Duke engineers have already shown that they can "cloak" light and sound, making objects invisible. Now, they have demonstrated the theoretical ability to significantly increase the efficiency of ships by tricking the surrounding water into staying still.
"Ships expend a great deal of energy pushing the water around them out of the way as they move forward," said Yaroslav Urzhumov, assistant research professor in electrical and computer engineering at Duke's Pratt School of Engineering. "What our cloak accomplishes is that it reduces the mass of fluid that has to be displaced to a bare minimum.
"We accomplish this by tricking the water into being perfectly still everywhere outside the cloak," Urzhumov said. "Since the water is still, there is no shear force, and you don't have to drag anything extra with your object. So, comparing a regular vessel and a cloak of the same size, the latter needs to push a much smaller volume of water, and that's where the hypothesized energy efficiency comes from."
The results of Urzhumov's analysis were published online in the journal Physical Review Letters. The research was supported by the U.S. Office of Naval Research and a Multidisciplinary University Research Initiative (MURI) grant through the U.S. Army Research Office. Urzhumov works in the laboratory of David R. Smith, William Bevan Professor of electrical and computer engineering at Duke.
While the cloak postulated by Urzhumov differs from other cloaks designed to make objects seem invisible to light and sound, it follows the same basic principles -- the use of a human-made material that can alter the normal forces of nature in new ways.
In Urzhumov's fluid flow cloak, he envisions the hull of a vessel covered with porous materials -- analogous to a rigid sponge-like material -- which would be riddled with holes and passages. Strategically placed within this material would be tiny pumps, which would have the ability to push the flowing water along at various forces.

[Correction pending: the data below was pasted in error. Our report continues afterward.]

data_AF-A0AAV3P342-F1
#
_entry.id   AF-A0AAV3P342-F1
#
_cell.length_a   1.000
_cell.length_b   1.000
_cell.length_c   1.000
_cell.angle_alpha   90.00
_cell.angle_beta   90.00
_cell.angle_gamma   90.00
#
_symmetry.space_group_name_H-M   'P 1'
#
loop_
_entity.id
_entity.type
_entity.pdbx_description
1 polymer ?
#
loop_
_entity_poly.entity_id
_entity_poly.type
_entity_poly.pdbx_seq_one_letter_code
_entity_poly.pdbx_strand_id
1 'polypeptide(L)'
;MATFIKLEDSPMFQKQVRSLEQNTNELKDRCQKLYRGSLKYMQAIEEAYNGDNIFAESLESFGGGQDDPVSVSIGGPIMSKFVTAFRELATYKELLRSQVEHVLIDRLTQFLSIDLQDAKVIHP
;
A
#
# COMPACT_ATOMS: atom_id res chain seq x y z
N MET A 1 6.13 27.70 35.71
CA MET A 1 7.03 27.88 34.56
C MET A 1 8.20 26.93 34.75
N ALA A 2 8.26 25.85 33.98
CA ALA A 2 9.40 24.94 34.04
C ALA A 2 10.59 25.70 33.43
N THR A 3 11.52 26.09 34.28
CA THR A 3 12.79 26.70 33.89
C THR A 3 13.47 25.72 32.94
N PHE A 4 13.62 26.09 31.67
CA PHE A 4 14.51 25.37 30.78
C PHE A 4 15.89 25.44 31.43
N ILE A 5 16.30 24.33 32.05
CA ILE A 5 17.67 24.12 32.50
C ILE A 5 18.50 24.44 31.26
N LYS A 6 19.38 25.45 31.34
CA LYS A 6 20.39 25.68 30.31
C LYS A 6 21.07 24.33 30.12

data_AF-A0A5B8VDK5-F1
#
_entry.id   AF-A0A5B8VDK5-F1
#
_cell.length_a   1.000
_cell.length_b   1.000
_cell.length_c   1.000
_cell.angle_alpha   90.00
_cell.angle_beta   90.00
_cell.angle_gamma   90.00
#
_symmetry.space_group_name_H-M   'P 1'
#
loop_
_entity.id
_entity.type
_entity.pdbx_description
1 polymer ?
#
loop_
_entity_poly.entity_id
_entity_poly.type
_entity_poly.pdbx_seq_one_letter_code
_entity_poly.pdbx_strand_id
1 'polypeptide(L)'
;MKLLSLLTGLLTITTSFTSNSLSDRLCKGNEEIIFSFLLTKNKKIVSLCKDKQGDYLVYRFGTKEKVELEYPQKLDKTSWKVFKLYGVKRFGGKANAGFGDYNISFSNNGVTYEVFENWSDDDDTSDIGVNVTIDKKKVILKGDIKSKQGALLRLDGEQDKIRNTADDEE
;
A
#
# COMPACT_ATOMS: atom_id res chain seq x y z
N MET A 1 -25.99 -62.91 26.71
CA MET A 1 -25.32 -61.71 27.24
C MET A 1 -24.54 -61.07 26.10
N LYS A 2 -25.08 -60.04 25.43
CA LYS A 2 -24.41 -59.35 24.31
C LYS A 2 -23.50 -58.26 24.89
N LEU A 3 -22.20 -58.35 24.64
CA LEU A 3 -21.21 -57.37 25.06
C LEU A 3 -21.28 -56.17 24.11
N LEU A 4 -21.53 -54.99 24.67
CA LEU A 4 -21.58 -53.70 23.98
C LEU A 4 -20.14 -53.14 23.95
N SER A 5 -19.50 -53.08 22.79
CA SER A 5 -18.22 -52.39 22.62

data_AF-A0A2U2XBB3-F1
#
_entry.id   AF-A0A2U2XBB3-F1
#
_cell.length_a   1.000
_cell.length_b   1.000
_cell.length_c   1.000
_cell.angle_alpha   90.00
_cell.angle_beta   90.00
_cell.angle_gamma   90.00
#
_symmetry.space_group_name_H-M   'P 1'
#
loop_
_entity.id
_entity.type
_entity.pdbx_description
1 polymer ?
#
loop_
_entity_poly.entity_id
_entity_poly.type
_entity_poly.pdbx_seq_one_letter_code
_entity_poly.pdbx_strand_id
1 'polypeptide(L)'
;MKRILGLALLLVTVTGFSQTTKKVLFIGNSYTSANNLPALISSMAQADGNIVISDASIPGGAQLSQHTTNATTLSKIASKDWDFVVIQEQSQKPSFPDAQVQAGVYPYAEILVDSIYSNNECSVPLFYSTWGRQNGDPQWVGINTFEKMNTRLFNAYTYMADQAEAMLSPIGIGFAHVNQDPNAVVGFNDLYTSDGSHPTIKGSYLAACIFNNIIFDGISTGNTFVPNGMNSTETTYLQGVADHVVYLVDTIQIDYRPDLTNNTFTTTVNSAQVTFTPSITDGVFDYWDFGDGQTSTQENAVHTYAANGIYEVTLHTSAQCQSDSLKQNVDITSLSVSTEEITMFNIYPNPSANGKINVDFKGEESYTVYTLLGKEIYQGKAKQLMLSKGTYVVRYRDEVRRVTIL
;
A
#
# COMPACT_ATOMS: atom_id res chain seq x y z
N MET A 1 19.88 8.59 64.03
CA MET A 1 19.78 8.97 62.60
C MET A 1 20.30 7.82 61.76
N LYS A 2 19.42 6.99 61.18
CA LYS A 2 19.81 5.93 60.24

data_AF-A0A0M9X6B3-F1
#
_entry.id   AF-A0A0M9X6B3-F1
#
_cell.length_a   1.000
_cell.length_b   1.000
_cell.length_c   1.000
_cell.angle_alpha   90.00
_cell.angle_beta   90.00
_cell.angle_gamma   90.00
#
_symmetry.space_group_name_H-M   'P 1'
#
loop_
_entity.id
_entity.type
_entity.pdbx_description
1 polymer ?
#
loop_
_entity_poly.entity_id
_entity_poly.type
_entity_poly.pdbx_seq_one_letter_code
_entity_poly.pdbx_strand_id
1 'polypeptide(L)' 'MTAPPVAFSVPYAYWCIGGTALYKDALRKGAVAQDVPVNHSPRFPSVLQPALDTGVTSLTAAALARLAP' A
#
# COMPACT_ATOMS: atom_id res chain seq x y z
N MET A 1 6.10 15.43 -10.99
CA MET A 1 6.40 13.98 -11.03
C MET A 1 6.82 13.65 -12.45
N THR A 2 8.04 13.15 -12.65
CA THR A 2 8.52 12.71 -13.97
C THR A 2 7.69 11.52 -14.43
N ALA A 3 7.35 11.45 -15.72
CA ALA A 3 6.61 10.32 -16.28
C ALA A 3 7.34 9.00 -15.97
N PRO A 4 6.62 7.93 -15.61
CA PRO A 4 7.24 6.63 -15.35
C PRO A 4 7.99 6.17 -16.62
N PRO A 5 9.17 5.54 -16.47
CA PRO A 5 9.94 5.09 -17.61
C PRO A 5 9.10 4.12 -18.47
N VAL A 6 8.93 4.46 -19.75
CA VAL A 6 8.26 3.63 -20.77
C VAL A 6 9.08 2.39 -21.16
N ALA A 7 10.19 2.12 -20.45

"The goal is make it so the water passing through the porous material leaves the cloak at the same speed as the water surrounding by the vessel," Urzhumov said. "In this way, the water outside the hull would appear to be still relative to the vessel, thereby greatly reducing the amount of energy needed by the vessel to push vast quantities of water out of the way as it progresses."
While the Duke invisibility cloak involved a human-made structure -- or metamaterial -- based on parallel rows of fiberglass slats etched with copper, Urzhumov envisions a different sort of metamaterial for his fluid flow cloak.
"In our case, I see this porous medium as a three-dimensional lattice, or array, of metallic plates," he said. "You can imagine a cubic lattice of wire-supported blades, which would have to be oriented properly to create drag and lift forces that depend on the flow direction. In addition, some of the cells of this array would be equipped with fluid-accelerating micro-pumps."
Urzhumov explained that when a regular vessel moves through fluid, it also pushes and displaces a volume of water that greatly exceeds the volume of the vessel itself. That is because in a viscous fluid like water, an object cannot just move a single layer of water without all others; the shear force effectively attaches an additional mass of water to the object.
"When you try to drag an object on a fishing line through water, it feels much heavier than the object itself, right?" he said. "That's because you are dragging an additional volume of water with it."
Based on this understanding of the flow cloaking phenomenon, Urzhumov believes that the energy expended by the micropumps could be significantly less than that needed to push an uncloaked vessel through the water, leading to the greatly improved efficiency.